Larose Paris-China-Spain-Morocco-Singapore

Isaac Larose Talks Travel, Style, and Hats

The true test of a classic is how well it travels. It adapts to any setting or situation. It always feels right.

Larose’s hats pass an even more crucial test: they make you look more interesting, but don’t overpower. When co-founders Isaac Larose and Marc Beaugé launched their line of five-panel caps in 2012, they wanted to create an elevated version of a streetwear staple: subtly perfected proportions, European suiting fabrics, traditional South of France craftsmanship. Fedoras in hand-blocked rabbit felt with soft, floppy brims and side zippers soon followed. Deceptively minimal, they make a strong yet quiet statement.

We got to know Isaac Larose: dedicated world traveler, nightlife promoter, and walking proof that a good hat is the best complement for a great lifestyle.

For me, the biggest luxury is time – and good time.

Isaac Larose: Last summer I was in Costa Rica for one month. The summer before that, I was in China for one month and Thailand for one month. And the summer before that, I was in Spain for one month and Morocco for one month. And the summer before that, I think it was France, Spain, Italy, and Greece. And the other one before that was two months in Indonesia and one week in Singapore. It’s really my priority. For me, the biggest luxury is time – and good time. Being able to enjoy the time you’re spending, whether it’s traveling or making stuff that you really like. Larose is really an amazing project, and this is what I want to spend my time on.

There’s a strange mix between my life when I work for the brand, when I need to be more dressed up and in that high end world, and my other life where me and my girlfriend have one pair of shorts for two months, staying in dorms. Classic backpacking. But I really feel comfortable in these two different places. I would not be happy just backpacking all the time because I have this appreciation for well-made products, and I love style and I love fashion. But I could not live in a big city surrounded by fashion people all the time.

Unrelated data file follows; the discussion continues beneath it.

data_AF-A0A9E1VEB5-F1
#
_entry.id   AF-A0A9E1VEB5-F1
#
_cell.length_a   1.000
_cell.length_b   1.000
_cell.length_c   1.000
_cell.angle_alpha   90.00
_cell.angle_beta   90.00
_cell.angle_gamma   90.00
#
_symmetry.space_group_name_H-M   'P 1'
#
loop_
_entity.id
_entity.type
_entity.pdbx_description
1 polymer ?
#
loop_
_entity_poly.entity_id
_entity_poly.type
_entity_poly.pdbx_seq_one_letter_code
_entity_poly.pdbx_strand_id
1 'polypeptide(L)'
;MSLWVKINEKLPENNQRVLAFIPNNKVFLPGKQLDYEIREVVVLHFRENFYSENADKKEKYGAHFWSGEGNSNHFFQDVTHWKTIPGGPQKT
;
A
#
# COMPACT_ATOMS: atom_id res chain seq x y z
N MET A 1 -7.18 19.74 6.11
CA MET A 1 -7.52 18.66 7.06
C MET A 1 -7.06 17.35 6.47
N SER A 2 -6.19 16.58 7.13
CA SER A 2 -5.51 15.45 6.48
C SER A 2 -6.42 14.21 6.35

We don’t try to be too fashion. Our hats are super classic hats that you can carry for year after year. And you can take them and travel with them and have stories with them. We mostly think about what is chic, and what is kind of eternal – not trendy at the moment. Everybody can add his own twist to it. If you look at me and my partner, we’re so different. But each of us can wear the same style.

Head accessories are really strong accessories. You’re supposed to look at someone’s face when you talk to them: this is what you’re gonna notice. So my advice with hats and caps, it’s always, like, don’t push it. If you like it, good! If you’re not sure, maybe it’s a bad idea. [Laughs]

Fedoras used to be so important in men’s fashion. A lot of guys have that sense of nostalgia when they think about hats – they think about a really dressy, dapper era. I don’t think it’s really that guys used to dress well; it’s that everybody used to dress exactly the same. So when you look back at pictures of that era, you’re like, “Oh, they’re so dapper.” But they had no choice! So I think wearing a hat becomes stylish when it’s something you choose to do.

I always wore something on my head: caps, hats, beanies. Before we started the brand, I was super into five-panel caps. This is why we started with only that shape, the five panels. After that we expanded the range. Now I always wear hats – I don’t wear the caps anymore. Kind of a hat guy.

My father was into extreme sports like ski and snowboard. He introduced us early to that universe, and I was really into Glen Plake, who is a pro skier. He had, like, the biggest Mohawk. And he used to wear only really, really flashy neon outfits. I was five or six, and I was always telling my father, “I want to be like him!” and he was like, “Maybe that’s a bad idea.” But I was really into his style. After that I was mostly into skateboarding and snowboarding, and I was always interested in the stylish ones. Not the best ones, the ones that had the best styles! [Laughs] From then, I gained maturity and grew into more of the menswear era, and that led me to fashion.

Wearing a hat becomes stylish when it’s something you choose to do.

There’s something with nightlife that goes with style also. And maybe I was drawn to nightlife for that, I’m not sure! I think it helped me, doing my own nights, to have a strong personal style. You’re getting noticed more easily, and after that people remember you. When I do tradeshows, I’m more… maybe I’m well-dressed? It’s not the stuff I wear when I go out. When I go out, you’re gonna see me in really classic Vans shoes and a t-shirt and ripped jeans. But still with a hat.

We’re launching our first black collection. It’s kind of cool because we’ve never done black before, everything has always been navy. So the black line is kind of our black tie event line. It’s like the dressier, nightlife product. This is how we see it.

Black should have a purpose. Black is something that has become so… everywhere. It’s kind of lost something. I like it when someone never wears black and then suddenly wears it, and you’re like, “Oh! You dressed up!” It makes it super chic. My partner and I never wear black in the day, so black was not making a lot of sense for the brand. But we found a way to do it that makes sense for us. Because of course we have our black suit, and we need to wear it for certain occasions.